UK seaside towns fight back against seagull attacks

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Fed up with holidaymakers being divebombed by greedy seagulls in “horror movie” scenes, one British costal area is fighting back by making it an offence to feed the birds.

The district council of east Devon which includes the popular resorts of Exmouth and Sidmouth is introducing an 80-pound ($100) fine.

“Seagulls become accustomed to being fed by people and will attack them if they are not offered food,” said local councillor Iain Chubb.

“It isn’t very nice when they do come – it’s almost like a horror movie,” Chubb said, comparing it to British director Alfred Hitchcock’s film “The Birds”.

Tourists and local business owners have long been pressing for stronger measures against feeding the gulls than mere warning signs, he told Reuters.

But only regular feeders and restaurants that leave their rubbish bins open were at risk of being sanctioned.

“Quite often the seagulls will sort of swoop over you and if you’re a small child and a thing with a three-foot wingspan comes towards you like a pterodacytl you might just throw your food up in the air,” he added.

“If you were to feed a seagull a couple of chips, there’s nobody going to pounce out the bushes and say ‘you’ve got a fine.’”

(Reporting by Emily Roe; editing by Stephen Addison)

Singer Janet Jackson to go back on tour after time off for family

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LONDON Singer Janet Jackson has announced she is going back on tour later this year, returning to the stage in the United States and Canada after taking time off to give birth to her first child.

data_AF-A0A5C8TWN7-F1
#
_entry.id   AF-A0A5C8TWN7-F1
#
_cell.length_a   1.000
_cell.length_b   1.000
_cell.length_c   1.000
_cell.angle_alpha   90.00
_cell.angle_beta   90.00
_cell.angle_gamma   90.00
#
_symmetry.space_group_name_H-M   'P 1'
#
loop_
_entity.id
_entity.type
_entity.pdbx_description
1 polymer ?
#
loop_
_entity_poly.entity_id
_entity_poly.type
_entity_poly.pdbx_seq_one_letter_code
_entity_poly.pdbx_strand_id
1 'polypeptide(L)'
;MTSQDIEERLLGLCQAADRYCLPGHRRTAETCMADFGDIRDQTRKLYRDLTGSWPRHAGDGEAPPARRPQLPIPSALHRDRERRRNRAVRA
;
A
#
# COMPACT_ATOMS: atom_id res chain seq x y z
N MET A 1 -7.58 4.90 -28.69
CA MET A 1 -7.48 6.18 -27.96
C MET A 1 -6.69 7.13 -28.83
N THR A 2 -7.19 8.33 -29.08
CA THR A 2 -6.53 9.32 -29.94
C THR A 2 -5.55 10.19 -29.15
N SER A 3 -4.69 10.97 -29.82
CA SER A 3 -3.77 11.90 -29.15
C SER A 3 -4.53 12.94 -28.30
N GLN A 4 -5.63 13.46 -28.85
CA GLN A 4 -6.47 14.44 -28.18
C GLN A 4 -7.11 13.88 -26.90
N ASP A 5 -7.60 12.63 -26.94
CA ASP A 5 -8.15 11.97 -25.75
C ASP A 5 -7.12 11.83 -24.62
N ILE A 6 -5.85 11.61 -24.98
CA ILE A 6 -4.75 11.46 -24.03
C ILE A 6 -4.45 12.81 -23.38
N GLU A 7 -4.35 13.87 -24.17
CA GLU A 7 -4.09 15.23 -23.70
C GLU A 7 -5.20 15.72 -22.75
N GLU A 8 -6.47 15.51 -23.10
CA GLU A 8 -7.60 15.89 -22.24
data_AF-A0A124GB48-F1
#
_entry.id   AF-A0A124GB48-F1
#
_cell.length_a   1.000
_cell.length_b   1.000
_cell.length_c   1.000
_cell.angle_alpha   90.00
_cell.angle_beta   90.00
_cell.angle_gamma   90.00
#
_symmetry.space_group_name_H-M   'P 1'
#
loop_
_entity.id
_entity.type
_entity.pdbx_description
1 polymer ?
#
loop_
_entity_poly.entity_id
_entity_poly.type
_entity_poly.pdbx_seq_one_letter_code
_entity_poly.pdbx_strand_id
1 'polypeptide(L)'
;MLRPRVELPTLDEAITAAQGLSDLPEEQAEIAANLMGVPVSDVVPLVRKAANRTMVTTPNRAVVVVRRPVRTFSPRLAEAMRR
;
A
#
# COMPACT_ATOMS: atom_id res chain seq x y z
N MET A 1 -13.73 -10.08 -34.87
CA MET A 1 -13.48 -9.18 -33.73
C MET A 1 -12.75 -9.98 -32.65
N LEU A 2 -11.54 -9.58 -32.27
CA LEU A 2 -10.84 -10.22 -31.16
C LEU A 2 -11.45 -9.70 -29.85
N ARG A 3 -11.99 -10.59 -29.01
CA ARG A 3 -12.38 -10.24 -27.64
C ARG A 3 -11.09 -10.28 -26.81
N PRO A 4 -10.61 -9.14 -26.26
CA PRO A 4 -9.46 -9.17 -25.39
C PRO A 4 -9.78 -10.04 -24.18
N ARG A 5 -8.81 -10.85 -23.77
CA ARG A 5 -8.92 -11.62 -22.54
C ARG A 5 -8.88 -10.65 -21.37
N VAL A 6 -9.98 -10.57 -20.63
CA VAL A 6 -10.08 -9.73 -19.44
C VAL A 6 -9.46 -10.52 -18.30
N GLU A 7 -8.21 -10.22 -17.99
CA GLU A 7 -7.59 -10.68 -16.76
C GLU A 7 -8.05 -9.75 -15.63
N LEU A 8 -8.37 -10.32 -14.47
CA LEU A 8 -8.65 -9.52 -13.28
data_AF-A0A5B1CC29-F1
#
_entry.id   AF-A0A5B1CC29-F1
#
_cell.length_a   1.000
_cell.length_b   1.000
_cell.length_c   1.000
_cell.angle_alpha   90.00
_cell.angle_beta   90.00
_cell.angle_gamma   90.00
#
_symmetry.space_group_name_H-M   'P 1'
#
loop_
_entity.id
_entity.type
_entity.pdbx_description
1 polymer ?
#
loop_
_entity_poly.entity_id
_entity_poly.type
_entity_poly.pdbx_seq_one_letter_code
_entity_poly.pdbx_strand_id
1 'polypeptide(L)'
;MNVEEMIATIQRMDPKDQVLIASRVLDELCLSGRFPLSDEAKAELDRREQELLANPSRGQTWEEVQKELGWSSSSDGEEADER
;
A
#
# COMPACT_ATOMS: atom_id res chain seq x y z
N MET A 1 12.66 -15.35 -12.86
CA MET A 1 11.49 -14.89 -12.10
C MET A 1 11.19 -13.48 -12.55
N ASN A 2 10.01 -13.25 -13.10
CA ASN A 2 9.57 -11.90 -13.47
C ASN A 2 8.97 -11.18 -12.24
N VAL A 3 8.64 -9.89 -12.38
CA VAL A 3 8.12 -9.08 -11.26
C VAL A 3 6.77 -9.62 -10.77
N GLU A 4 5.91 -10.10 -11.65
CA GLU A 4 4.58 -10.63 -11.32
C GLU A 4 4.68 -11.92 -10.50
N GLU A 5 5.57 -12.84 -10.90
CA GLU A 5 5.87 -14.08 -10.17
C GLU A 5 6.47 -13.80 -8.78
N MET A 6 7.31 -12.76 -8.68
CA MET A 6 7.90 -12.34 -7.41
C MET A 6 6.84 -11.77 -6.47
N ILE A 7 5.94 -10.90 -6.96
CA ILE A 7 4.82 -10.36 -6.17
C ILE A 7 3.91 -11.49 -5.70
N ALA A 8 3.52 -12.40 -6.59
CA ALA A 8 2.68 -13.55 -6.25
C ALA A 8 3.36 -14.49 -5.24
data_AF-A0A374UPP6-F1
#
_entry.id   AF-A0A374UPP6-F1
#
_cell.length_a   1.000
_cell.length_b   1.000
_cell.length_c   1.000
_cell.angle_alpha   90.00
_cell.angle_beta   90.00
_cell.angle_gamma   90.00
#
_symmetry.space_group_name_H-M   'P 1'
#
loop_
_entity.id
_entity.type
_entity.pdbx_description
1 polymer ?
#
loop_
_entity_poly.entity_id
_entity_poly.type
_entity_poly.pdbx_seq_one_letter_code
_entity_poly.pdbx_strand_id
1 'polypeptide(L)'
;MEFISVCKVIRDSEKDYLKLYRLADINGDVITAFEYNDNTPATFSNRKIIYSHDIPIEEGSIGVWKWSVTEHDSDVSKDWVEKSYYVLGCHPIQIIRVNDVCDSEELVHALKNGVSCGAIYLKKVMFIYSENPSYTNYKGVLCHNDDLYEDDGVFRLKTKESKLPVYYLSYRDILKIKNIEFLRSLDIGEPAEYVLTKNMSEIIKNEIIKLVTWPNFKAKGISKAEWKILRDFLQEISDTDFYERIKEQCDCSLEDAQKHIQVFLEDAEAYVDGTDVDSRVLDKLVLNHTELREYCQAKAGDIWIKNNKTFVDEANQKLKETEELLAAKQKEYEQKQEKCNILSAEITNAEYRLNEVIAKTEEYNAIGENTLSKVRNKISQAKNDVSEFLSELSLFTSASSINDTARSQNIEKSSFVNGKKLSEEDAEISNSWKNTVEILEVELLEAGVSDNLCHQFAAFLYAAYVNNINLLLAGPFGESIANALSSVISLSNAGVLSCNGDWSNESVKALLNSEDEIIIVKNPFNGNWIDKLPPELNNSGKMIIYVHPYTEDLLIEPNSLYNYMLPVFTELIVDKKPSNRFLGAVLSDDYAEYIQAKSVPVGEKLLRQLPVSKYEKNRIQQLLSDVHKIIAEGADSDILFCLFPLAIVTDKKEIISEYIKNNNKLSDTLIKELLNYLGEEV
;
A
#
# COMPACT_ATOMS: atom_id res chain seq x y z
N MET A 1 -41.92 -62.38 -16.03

In a video message to fans, the pop star also referred to media reports that she had split from her Qatari businessman husband Wissam Al Mana, saying: “Yes I separated from my husband, we are in court and the rest is in God’s hands”.

Jackson, 50, last year said she was postponing her “Unbreakable” music tour due to a “sudden change” in the couple’s plans to start a family. She gave birth to son Eissa in January.

“I’m continuing my tour as I promised, I’m so excited,” the singer said in the video posted on her Twitter feed, thanking fans for their patience and support.

“I decided to change the name of the tour, ‘State of the World’ tour. It’s not about politics, it’s about people, the world, relationships and just love.”

The youngest child in the famed musical Jackson family, the Grammy Award winning singer began her “Unbreakable” tour in summer 2015. She will kick off the four-month, 56-date North American “State of the World” tour on Sept. 7 in Lafayette, Louisiana.

“I am so excited,” Jackson said. “I cannot wait to see you on stage September 7th.”

(Reporting by Marie-Louise Gumuchian; Editing by Tom Heneghan)

Bassong among five internationals let go by Norwich

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LONDON Sebastien Bassong and John Ruddy are among five internationals released by Championship side Norwich City, the club said on Tuesday.

Defender Bassong, 30, who has won 15 caps for Cameroon, and goalkeeper Ruddy, who played once for England in 2012, are among seven players let go by the Canaries, who are eighth in the table.

Also released are Democratic Republic of Congo midfielder Youssouf Mulumbu, Scotland full back Steven Whittaker and 58-cap striker Kyle Lafferty, who scored seven goals in Northern Ireland’s qualifying campaign for Euro 2016.